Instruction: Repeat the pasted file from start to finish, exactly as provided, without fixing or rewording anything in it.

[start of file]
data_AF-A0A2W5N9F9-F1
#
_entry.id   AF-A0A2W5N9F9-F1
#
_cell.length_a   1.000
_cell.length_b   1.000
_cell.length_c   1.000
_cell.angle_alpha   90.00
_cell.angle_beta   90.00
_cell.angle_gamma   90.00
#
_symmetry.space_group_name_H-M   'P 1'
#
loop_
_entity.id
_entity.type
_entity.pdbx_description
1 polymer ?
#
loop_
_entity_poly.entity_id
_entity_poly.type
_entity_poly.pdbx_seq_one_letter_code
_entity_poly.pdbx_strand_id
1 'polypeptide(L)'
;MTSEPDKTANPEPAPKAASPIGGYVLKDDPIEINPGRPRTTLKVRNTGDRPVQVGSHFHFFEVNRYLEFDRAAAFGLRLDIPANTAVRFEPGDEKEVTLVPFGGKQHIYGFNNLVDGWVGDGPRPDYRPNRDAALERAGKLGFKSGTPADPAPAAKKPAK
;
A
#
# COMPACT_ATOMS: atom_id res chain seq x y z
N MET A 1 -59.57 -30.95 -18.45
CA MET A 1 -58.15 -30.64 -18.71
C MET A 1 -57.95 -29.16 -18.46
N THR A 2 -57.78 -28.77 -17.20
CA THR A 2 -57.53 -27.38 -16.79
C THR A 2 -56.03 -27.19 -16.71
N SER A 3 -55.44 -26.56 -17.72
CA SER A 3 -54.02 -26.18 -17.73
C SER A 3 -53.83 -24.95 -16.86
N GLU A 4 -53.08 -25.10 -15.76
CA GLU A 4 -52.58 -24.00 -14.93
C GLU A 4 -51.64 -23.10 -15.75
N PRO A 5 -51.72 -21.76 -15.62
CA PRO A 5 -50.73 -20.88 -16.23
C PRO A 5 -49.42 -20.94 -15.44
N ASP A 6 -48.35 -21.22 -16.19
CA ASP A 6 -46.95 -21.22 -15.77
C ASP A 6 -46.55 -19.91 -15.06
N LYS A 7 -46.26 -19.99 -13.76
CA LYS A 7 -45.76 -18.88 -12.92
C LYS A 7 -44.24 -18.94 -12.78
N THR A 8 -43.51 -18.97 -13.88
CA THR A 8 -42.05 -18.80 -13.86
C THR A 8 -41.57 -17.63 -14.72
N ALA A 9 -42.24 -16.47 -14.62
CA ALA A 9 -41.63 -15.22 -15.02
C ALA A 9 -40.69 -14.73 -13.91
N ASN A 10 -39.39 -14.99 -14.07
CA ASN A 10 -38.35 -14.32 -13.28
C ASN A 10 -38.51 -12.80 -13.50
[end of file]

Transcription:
data_AF-A0A2W5N9F9-F1
#
_entry.id   AF-A0A2W5N9F9-F1
#
_cell.length_a   1.000
_cell.length_b   1.000
_cell.length_c   1.000
_cell.angle_alpha   90.00
_cell.angle_beta   90.00
_cell.angle_gamma   90.00
#
_symmetry.space_group_name_H-M   'P 1'
#
loop_
_entity.id
_entity.type
_entity.pdbx_description
1 polymer ?
#
loop_
_entity_poly.entity_id
_entity_poly.type
_entity_poly.pdbx_seq_one_letter_code
_entity_poly.pdbx_strand_id
1 'polypeptide(L)'
;MTSEPDKTANPEPAPKAASPIGGYVLKDDPIEINPGRPRTTLKVRNTGDRPVQVGSHFHFFEVNRYLEFDRAAAFGLRLDIPANTAVRFEPGDEKEVTLVPFGGKQHIYGFNNLVDGWVGDGPRPDYRPNRDAALERAGKLGFKSGTPADPAPAAKKPAK
;
A
#
# COMPACT_ATOMS: atom_id res chain seq x y z
N MET A 1 -59.57 -30.95 -18.45
CA MET A 1 -58.15 -30.64 -18.71
C MET A 1 -57.95 -29.16 -18.46
N THR A 2 -57.78 -28.77 -17.20
CA THR A 2 -57.53 -27.38 -16.79
C THR A 2 -56.03 -27.19 -16.71
N SER A 3 -55.44 -26.56 -17.72
CA SER A 3 -54.02 -26.18 -17.73
C SER A 3 -53.83 -24.95 -16.86
N GLU A 4 -53.08 -25.10 -15.76
CA GLU A 4 -52.58 -24.00 -14.93
C GLU A 4 -51.64 -23.10 -15.75
N PRO A 5 -51.72 -21.76 -15.62
CA PRO A 5 -50.73 -20.88 -16.23
C PRO A 5 -49.42 -20.94 -15.44
N ASP A 6 -48.35 -21.22 -16.19
CA ASP A 6 -46.95 -21.22 -15.77
C ASP A 6 -46.55 -19.91 -15.06
N LYS A 7 -46.26 -19.99 -13.76
CA LYS A 7 -45.76 -18.88 -12.92
C LYS A 7 -44.24 -18.94 -12.78
N THR A 8 -43.51 -18.97 -13.88
CA THR A 8 -42.05 -18.80 -13.86
C THR A 8 -41.57 -17.63 -14.72
N ALA A 9 -42.24 -16.47 -14.62
CA ALA A 9 -41.63 -15.22 -15.02
C ALA A 9 -40.69 -14.73 -13.91
N ASN A 10 -39.39 -14.99 -14.07
CA ASN A 10 -38.35 -14.32 -13.28
C ASN A 10 -38.51 -12.80 -13.50